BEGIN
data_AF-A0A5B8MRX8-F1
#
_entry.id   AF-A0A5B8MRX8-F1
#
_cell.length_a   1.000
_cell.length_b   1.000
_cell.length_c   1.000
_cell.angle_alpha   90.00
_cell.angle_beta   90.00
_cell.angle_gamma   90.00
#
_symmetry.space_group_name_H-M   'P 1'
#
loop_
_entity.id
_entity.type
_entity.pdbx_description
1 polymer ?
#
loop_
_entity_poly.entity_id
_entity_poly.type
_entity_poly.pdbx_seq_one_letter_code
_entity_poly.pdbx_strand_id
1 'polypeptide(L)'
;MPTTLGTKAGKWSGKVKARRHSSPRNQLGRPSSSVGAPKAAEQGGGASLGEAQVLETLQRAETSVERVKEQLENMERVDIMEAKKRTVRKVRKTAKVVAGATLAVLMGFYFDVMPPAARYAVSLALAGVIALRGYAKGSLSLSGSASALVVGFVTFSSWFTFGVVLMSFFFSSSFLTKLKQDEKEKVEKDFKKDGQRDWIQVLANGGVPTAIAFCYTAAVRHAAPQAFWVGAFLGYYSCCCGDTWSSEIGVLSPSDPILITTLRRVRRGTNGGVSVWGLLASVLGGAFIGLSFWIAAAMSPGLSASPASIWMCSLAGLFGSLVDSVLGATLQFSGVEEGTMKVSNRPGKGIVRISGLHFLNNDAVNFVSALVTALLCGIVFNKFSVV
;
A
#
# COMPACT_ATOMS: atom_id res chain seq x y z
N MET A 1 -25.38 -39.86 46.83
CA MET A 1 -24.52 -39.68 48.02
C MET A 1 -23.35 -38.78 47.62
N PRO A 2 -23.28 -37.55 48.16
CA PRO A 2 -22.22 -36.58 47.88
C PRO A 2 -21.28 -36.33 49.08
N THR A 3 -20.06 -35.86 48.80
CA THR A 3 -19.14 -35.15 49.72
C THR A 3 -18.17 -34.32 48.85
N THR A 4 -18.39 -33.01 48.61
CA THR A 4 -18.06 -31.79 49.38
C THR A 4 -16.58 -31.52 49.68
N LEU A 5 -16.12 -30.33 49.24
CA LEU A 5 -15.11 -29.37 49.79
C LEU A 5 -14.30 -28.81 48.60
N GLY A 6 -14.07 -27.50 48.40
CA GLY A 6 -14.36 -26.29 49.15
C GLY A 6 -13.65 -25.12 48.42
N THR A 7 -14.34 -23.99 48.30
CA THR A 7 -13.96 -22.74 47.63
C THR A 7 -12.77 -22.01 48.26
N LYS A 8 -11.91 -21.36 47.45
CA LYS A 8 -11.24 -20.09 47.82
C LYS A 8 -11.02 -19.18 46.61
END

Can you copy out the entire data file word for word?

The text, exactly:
data_AF-A0A5B8MRX8-F1
#
_entry.id   AF-A0A5B8MRX8-F1
#
_cell.length_a   1.000
_cell.length_b   1.000
_cell.length_c   1.000
_cell.angle_alpha   90.00
_cell.angle_beta   90.00
_cell.angle_gamma   90.00
#
_symmetry.space_group_name_H-M   'P 1'
#
loop_
_entity.id
_entity.type
_entity.pdbx_description
1 polymer ?
#
loop_
_entity_poly.entity_id
_entity_poly.type
_entity_poly.pdbx_seq_one_letter_code
_entity_poly.pdbx_strand_id
1 'polypeptide(L)'
;MPTTLGTKAGKWSGKVKARRHSSPRNQLGRPSSSVGAPKAAEQGGGASLGEAQVLETLQRAETSVERVKEQLENMERVDIMEAKKRTVRKVRKTAKVVAGATLAVLMGFYFDVMPPAARYAVSLALAGVIALRGYAKGSLSLSGSASALVVGFVTFSSWFTFGVVLMSFFFSSSFLTKLKQDEKEKVEKDFKKDGQRDWIQVLANGGVPTAIAFCYTAAVRHAAPQAFWVGAFLGYYSCCCGDTWSSEIGVLSPSDPILITTLRRVRRGTNGGVSVWGLLASVLGGAFIGLSFWIAAAMSPGLSASPASIWMCSLAGLFGSLVDSVLGATLQFSGVEEGTMKVSNRPGKGIVRISGLHFLNNDAVNFVSALVTALLCGIVFNKFSVV
;
A
#
# COMPACT_ATOMS: atom_id res chain seq x y z
N MET A 1 -25.38 -39.86 46.83
CA MET A 1 -24.52 -39.68 48.02
C MET A 1 -23.35 -38.78 47.62
N PRO A 2 -23.28 -37.55 48.16
CA PRO A 2 -22.22 -36.58 47.88
C PRO A 2 -21.28 -36.33 49.08
N THR A 3 -20.06 -35.86 48.80
CA THR A 3 -19.14 -35.15 49.72
C THR A 3 -18.17 -34.32 48.85
N THR A 4 -18.39 -33.01 48.61
CA THR A 4 -18.06 -31.79 49.38
C THR A 4 -16.58 -31.52 49.68
N LEU A 5 -16.12 -30.33 49.24
CA LEU A 5 -15.11 -29.37 49.79
C LEU A 5 -14.30 -28.81 48.60
N GLY A 6 -14.07 -27.50 48.40
CA GLY A 6 -14.36 -26.29 49.15
C GLY A 6 -13.65 -25.12 48.42
N THR A 7 -14.34 -23.99 48.30
CA THR A 7 -13.96 -22.74 47.63
C THR A 7 -12.77 -22.01 48.26
N LYS A 8 -11.91 -21.36 47.45
CA LYS A 8 -11.24 -20.09 47.82
C LYS A 8 -11.02 -19.18 46.61